No matter your child's age, be on the lookout for:
Water rescue. "Any child pulled from the pool needs medical attention," says Dr. Berchelmann. "At the very least, call the pediatrician."
Coughing. Persistent coughing or coughing associated with increased work of breathing needs to be evaluated.
Increased "work of breathing." Rapid shallow breathing, nostril flaring, or where you can see between the child's ribs or the gap above their collarbone when they breathe, means they're working harder to breathe than normal, says Dr. Denny. This is a sign that you should seek medical help immediately.
Sleepiness. Your kid was just excitedly playing in the pool, and now she's fatigued? It could mean not enough oxygen is getting into to her blood. Don't put her to bed until her doctor gives you the go-ahead.
Forgetfulness or change in behavior. Similarly, a dip in oxygen level could cause your child to feel sick or woozy.
Throwing up. "Vomiting is a sign of stress from the body as a result of the inflammation and sometimes a lack of oxygen, also from persistent coughing and gagging," explains Dr. Berchelmann.
What to do
Any time you're concerned about your child and think he could have symptoms of dry or secondary drowning, whether you're in your backyard pool or on a beach vacation, call the pediatrician right away for advice. Your child's doctor should be able to talk you through it, says Dr. Berchelmann, and might advise you to go to the ER, a primary care doctor, or a national urgent care center.
But if your child is really struggling to breathe, call 911 and/or head to the emergency room right away. "Necessary treatment may not be available in settings other than the ER," says Dr. Zonfrillo.
How it's treated
Treatment for submersion injury depends on the severity of the patient's symptoms, says Dr. Denny. The doctor will check the child's vital signs, oxygen level, and work of breathing. Patients with more mild symptoms just need careful observation, in more serious cases, the doctor may also do a chest x-ray or give him oxygen. In cases of respiratory failure, or when a child can no longer breath on their own, extra support is needed -- such as intubating or putting the child on a ventilator -- but that's very rare. The goal will be to increase blood flow in the lungs and get the child breathing well again.
How to prevent it
Prevention is the same for dry drowning and secondary drowning as it is for any other kind of drowning:
Swim lessons. Kids who are comfortable and skilled at moving around in the water are less likely to go under and take in water. Around age 4 is a good time to start.
Supervision. Monitor kids closely in and around the water, and enforce pool safety rules.
Water safety measures. Children should wear floatation devices on boats; pools should have four-sided fencing around them; and you should never leave standing water where a child could get into it.
As long as you practice water safety, pay close attention to your kids after swimming, and get them checked out if you notice any signs of trouble breathing, you shouldn't have to constantly stress about dry drowning or secondary drowning. "I can't emphasize enough how rare they are," says Dr. Zonfrillo. Heading into vacation season, that's welcome news.
Source Parents ... See MoreSee Less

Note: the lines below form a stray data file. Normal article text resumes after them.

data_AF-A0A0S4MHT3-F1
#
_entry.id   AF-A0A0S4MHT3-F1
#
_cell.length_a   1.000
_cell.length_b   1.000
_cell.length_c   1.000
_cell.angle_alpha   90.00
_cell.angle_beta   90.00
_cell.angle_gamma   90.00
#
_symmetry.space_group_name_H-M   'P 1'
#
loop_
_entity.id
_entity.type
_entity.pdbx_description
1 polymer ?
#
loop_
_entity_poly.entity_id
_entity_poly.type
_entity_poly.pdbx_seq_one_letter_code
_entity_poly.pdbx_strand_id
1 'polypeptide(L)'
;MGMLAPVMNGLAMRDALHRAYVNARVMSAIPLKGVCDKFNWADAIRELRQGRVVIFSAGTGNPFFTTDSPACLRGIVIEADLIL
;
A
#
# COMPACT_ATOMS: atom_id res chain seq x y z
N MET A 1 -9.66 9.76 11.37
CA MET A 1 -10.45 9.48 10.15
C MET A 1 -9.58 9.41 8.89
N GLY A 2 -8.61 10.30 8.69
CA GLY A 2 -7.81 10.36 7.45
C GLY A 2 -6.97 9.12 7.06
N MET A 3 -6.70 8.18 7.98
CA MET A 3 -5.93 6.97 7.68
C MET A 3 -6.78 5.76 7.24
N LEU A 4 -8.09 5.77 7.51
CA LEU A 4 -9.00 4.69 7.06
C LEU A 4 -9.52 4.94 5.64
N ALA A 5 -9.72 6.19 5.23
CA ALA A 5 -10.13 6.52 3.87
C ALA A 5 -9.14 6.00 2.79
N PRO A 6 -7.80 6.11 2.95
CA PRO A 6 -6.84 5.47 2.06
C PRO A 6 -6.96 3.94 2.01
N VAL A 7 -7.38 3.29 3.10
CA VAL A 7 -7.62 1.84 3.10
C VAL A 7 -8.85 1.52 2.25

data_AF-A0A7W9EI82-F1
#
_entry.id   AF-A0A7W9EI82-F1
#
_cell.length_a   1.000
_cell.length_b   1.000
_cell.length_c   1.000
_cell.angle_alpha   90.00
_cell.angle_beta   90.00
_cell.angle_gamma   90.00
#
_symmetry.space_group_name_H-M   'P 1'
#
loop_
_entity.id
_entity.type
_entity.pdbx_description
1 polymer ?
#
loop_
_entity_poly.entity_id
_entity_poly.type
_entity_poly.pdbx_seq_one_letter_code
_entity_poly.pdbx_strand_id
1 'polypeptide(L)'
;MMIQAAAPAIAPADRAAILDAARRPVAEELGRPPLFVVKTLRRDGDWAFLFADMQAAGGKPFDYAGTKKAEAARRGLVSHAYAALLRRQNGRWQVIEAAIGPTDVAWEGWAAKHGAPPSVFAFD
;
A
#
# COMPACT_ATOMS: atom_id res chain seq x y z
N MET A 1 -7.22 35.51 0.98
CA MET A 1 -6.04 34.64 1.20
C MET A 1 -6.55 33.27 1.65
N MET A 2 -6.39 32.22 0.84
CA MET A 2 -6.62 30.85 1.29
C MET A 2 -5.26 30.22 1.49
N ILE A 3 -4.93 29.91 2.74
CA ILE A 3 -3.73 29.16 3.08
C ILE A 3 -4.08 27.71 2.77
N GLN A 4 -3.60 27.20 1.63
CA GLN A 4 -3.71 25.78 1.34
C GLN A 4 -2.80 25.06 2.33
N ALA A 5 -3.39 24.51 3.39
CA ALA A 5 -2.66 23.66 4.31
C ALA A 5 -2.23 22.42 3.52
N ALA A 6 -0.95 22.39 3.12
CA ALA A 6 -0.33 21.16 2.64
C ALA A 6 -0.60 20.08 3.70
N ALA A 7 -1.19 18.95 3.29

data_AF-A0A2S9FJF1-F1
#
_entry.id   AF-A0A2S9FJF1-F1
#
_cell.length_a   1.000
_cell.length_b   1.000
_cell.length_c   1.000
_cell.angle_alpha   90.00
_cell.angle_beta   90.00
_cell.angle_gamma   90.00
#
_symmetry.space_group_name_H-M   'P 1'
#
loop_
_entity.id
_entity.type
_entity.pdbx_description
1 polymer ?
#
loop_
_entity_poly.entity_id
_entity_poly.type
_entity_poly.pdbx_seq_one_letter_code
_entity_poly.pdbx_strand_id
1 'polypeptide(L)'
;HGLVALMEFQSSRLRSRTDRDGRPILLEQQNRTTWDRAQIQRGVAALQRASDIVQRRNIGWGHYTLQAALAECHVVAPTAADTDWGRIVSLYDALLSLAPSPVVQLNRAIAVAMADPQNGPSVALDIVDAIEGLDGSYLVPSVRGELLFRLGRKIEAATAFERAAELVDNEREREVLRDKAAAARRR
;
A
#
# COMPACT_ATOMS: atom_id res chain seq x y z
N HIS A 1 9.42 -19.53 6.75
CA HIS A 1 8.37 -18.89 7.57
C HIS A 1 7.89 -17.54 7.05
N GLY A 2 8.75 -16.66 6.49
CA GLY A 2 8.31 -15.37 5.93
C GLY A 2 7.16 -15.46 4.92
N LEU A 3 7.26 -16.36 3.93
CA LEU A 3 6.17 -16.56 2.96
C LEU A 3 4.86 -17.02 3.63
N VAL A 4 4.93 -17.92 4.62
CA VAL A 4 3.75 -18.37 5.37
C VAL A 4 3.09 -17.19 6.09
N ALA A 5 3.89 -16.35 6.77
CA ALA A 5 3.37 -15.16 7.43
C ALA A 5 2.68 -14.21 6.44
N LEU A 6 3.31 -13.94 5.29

1 week ago
Secondary Drowning is when water gets into the lungs, Dry Drowning is water in the mouth or nose that causes the airway to spasm....
These types of articles should lead with "This is extremely rare.".
Happens to elderly people too!
Now everyone is going to take their child to the ER after swimming SMH
Mikayla Ramsey read ALL of this article
Juanita Evette Chavez Castillo
Robert Kiffer, Brandy DiMarco
Marlise Mascellino Bezak Milton Bezak
Kristin N Bear
Danae Sheree Green
I just talked to Maisy's family, both her & her dog are still missing 🙁 Please repost no matter where you live, they could be anywhere by now.
Missing #OH girl and her dog: Maisy Anthony, age now 16, and her dog Buster, of Monroe Township, in #Ashtabula County, #Ohio, were last seen on September 6, 2016. Maisy is 5’6” tall, weighs 105 lbs., has blonde hair, blue eyes and a large scar on her left shin which extends from the middle of her shin to her ankle.
Anyone with information on their location, please contact the Ashtabula County Sheriff's Office at the number on the poster or your local law enforcement agency by dialing 911. m.facebook.com/photo.php?fbid=1447421195278210#Missing #OH girl and her dog: Maisy Anthony, age now 16, and her dog Buster, of Monroe Township, in #Ashtabula County, #Ohio, were last seen on September 6, 2016. Maisy is 5’6” tall, weighs 105 lbs., has blonde hair, blue eyes and a large scar on her left shin which extends from the middle of her shin to her ankle.
Anyone with information on their location, please contact the Ashtabula County Sheriff's Office at (440) 576-0055 or your local law enforcement agency by dialing 911.
To assist with missing persons and wanted fugitive cases please join Locate The Missing on Facebook.
www.ohioattorneygeneral.gov/Files/Law-Enforcement/Investigator/Ohio-Missing-Persons/Missing-Child... ... See MoreSee Less
3 weeks ago
Shared in Springfield Tennessee. Praying for her safe return
Shared in Pennsylvania Sending prayers for her family
Shared in Princeton Mn
Shared in Ohio
Shared in Ohio
SHARED IN OHIO
Shared in south sacramento California
Shared in Cameron Missouri
Sharing Ocean Springs MS
Sharing again in Wisconsin
Shared Michigan with prayers...
Praying for a safe return
Shared in PA
Shared in Bear Delaware.
Shared in Swannanoa, NC!!
St Joseph and St Anthony of Anthony of Padua please help police find her
Shared from northeast corner of Illinois
Shared in Philadelphia PA
Shared in North Texas
Shared in NJ
Shared Panama City Florida